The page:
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How About a Page One...?

Indeed, how about a Page One...?

I have, against better judgement, started is the first page of a brand new work, who knows if it'll ever see the light of day...but let me know what you think...

Prologue: Paris, 1951

The politely restrained tumult of the reception was no stranger to the gallery, nor any of those who patronized it. For Aleid Visser, this day would not be another mere assignment for Le Monde­—no, today would be a moment of triumph, and one she shared but made no claim to.

Through the corridors, nooks and alcoves of the museum, which dominated the modern scene before the war, a featured artist’s work would have its day. Drawing on the masters, Impressionists and Cubists in particular, the works were vivid, abstract, and direct—all the different sides of their maker were on display, a thing Aleid knew would one day occur.

Liveried waiters carefully passed through the rooms, champagne laden trays in hand; Aleid refrained but for the glass of white wine she shared before the doors opened. Pad and pencil in hand, she navigated through the fellows, patrons, educators, devotees and the few friends. She buttonholed those who rated a quote, spoke easily in her third language to these and worked the room.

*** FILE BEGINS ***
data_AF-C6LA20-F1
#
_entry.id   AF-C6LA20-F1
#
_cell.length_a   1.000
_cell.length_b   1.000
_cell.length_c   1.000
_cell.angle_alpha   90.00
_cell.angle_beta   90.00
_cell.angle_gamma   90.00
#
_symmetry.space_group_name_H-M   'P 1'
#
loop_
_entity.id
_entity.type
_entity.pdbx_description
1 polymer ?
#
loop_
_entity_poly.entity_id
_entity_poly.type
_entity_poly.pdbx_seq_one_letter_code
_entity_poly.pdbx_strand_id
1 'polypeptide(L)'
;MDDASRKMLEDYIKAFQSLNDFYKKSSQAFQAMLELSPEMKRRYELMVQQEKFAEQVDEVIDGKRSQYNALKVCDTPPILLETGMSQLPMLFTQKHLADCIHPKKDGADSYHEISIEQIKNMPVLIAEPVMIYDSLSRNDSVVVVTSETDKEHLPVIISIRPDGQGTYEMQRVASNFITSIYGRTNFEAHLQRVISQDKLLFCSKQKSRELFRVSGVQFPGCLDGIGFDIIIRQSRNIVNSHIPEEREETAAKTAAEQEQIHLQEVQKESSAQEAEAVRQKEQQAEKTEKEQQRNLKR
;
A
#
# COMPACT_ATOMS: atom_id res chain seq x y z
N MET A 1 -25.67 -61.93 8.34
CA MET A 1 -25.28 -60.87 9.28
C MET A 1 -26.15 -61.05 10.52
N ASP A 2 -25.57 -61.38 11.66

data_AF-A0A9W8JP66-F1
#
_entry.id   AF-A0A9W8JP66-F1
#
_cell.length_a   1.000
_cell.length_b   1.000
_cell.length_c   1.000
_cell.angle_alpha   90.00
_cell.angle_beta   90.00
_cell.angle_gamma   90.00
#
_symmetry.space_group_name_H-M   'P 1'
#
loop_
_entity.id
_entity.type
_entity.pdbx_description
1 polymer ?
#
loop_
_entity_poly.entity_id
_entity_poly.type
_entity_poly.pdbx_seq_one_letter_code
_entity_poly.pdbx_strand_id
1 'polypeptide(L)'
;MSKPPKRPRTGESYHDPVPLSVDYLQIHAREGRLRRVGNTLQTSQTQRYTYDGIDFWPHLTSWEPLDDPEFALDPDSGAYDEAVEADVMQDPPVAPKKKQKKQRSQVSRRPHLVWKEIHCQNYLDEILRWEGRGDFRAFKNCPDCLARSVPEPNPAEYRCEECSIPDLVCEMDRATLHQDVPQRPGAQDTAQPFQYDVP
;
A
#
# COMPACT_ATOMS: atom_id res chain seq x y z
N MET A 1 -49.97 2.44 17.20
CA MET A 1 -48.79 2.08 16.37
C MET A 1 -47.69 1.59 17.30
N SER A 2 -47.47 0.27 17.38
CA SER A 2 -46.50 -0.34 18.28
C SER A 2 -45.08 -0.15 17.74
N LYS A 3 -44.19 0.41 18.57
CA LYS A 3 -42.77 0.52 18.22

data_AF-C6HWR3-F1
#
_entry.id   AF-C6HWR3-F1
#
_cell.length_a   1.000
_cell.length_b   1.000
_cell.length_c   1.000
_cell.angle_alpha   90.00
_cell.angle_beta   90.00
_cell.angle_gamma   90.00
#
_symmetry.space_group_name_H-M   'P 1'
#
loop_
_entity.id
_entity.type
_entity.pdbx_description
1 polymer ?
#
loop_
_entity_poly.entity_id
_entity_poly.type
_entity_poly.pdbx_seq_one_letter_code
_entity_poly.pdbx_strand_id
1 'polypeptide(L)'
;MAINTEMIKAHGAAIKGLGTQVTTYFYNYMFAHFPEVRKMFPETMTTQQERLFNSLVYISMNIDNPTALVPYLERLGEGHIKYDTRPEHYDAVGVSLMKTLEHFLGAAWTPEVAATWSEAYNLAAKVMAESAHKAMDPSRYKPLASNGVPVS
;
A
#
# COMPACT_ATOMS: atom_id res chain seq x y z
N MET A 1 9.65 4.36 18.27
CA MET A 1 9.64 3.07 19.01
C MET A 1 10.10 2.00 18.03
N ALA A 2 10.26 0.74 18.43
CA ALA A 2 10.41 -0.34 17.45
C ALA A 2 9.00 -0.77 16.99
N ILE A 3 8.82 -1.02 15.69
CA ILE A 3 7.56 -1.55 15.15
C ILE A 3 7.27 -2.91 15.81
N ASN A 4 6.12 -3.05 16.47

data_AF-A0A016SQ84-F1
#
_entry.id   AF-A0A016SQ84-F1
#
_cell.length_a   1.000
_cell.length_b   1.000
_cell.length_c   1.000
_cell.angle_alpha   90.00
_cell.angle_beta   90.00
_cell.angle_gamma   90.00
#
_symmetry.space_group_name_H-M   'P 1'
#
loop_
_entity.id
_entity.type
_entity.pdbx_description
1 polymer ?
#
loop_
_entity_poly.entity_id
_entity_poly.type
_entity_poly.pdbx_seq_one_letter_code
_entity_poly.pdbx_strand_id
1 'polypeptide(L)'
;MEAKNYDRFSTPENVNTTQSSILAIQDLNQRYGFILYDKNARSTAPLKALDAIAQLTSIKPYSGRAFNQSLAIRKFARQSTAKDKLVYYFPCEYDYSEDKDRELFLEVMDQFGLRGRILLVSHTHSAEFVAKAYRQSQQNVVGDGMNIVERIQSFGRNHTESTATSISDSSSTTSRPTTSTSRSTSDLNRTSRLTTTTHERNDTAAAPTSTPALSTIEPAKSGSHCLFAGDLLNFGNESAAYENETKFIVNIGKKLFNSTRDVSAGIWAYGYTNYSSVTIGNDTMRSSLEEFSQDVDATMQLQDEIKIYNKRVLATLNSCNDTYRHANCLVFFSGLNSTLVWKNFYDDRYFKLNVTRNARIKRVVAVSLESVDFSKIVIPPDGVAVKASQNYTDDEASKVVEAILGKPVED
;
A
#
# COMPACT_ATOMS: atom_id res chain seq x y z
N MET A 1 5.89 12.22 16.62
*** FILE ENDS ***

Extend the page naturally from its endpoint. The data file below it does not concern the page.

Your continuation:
Aleid looked across the room. As unobtrusive as possible, Chloe, today a photographer, screwed a bulb into the attachment of her Leica. The diminutive French girl, the ends of her dark bob curled up around her face, scanned the room, and waited for the proper moment. Dark eyes caught Aleid’s; the girl winked and smiled.

Her partner for the day smiled back. The other papers were here, along with the art critics, the latter of whom pored over the works, which hung on walls or stands. Aleid now moved on one of those odd corners, where a number of the nouveau riche crowd were engaged by the lone black man in the building.

Behind dark sunglasses and a suit that did not befit his burgeoning fame, the man was gentlemanly, the gap in the upper front teeth pronounced. He spoke in perfect French, and accommodated those who wished to hear the art of the man, which normally was consigned to paper.

Seeing Aleid approach, the man, politely excused himself and stepped forward out of the crush. “I knew you would be here, Mlle. Visser,” he greeted with a dashing and correct nod, “I assume you wish to hear from me?”

Alied smiled. “If it is not too much to ask,” she replied.

Mais oui.” The famous author gladly provided critique of the star, who stood near the raised stage. Tall, her brown hair curled about the shoulders of her jacket, a suit meant for a man; but Haven Vos wore anything well. Despite all things, the spirit of the girl was mother to the woman.


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